What happens to our cognitive abilities as we age? Traditionally it is thought that age leads to a steady deterioration of brain function, but new research in Topics in Cognitive Science argues that older brains may take longer to process...

The First Research Results from the Neurobiology Centre

January 21, 2014 12:05 pm | by Nencki Institute of Experimental Biology | News | Comments

Do dyslectic children have a slightly different brain structure than their colleagues? What chemical reactions cause the immune system to support the development of malignant brain tumours? Why are certain events etched so firmly in our...

Training Your Brain Using Neurofeedback

January 21, 2014 11:35 am | by McGill University | News | Comments

A new brain-imaging technique enables people to 'watch' their own brain activity in real time and to control or adjust function in pre-determined brain regions. The study from the Montreal Neurological Institute and Hospital—The Neuro, McGill...

Greatbatch requests CE Mark for spinal cord stim

January 20, 2014 3:29 pm | by Mass Device | News | Comments

Greatbatch filed a CE Mark application for its spinal cord stimulation system with German notified body TÜV SÜD America. The spinal cord stimulation system comes from Greatbatch's subsidiary, QiG Group. The company also applied for pre-market...

Looking Ahead at Imaging Technology

January 20, 2014 1:52 pm | by Adrian Wilson, Head of Technologies, Element Six | Blogs | Comments

Today’s magnetic resonance imaging (MRI) technologies, aiding the measurement of illness diagnose and treatment, even when stretched to their limits, have not allowed for resolution beyond a few micrometers and traditionally require expensive...

Implanted Sensors Monitor Cerebral Pressure

January 20, 2014 11:31 am | by Fraunhofer-Gesellschaft | News | Comments

If the pressure in a patient’s brain is too high, physicians implant a system in the head that regulates the pressure. A sensor can now measure and individually adjust brain pressure. The sensor system is approved for use as a long-term...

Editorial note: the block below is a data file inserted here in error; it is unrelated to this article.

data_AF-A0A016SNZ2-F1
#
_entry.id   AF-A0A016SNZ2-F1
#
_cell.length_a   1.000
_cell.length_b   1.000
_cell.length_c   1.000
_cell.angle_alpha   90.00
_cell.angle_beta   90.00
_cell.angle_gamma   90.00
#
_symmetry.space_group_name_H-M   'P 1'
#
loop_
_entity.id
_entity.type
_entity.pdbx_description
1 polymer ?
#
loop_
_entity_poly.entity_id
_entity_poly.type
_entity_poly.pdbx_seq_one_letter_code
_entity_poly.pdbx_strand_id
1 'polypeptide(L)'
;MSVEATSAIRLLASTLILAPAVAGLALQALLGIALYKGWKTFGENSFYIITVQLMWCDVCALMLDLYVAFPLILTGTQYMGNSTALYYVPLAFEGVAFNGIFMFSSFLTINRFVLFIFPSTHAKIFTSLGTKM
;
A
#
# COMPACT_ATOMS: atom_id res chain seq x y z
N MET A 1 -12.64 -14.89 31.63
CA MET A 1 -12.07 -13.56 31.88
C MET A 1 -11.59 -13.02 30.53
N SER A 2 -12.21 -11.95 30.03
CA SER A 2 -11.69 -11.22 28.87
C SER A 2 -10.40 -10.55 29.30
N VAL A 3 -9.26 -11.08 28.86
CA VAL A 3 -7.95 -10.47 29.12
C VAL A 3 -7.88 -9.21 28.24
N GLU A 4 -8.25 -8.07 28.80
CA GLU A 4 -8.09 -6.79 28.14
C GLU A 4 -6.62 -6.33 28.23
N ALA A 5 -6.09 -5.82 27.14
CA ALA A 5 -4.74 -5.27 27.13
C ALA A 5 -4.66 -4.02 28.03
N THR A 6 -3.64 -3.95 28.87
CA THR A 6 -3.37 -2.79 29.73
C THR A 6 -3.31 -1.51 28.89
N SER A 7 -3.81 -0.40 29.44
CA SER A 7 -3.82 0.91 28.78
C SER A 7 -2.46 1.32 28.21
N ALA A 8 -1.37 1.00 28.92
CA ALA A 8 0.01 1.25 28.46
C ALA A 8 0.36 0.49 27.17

Frost & Sullivan Recognizes BeneChill's Groundbreaking Intranasal Cooling System for Therapeutic Hypothermia

January 20, 2014 10:39 am | by PR Newswire | News | Comments

Based on its recent analysis of the therapeutic hypothermia market for cardiology, Frost & Sullivan recognizes BeneChill, Inc. with the 2014 Frost & Sullivan Award for Technology Innovation Leadership. BeneChill's RhinoChill intranasal...

FDA OKs Mental Disability Blood Test for Infants

January 20, 2014 10:04 am | by Matthew Perrone, AP Health Writer | News | Comments

The Food and Drug Administration on Friday cleared a first-of-a-kind blood test that can help diagnose mental disabilities in babies by analyzing their genetic code. The laboratory test from Affymetrix detects variations in patients' chromosomes...

Global Telehealth Market Set to Expand Tenfold by 2018

January 17, 2014 12:15 pm | by IHS Technology | News | Comments

The global telehealth market is expected to grow by more than a factor of 10 from 2013 to 2018, as medical providers increasingly employ remote communications and monitoring technology to reduce costs and improve the quality of care, according...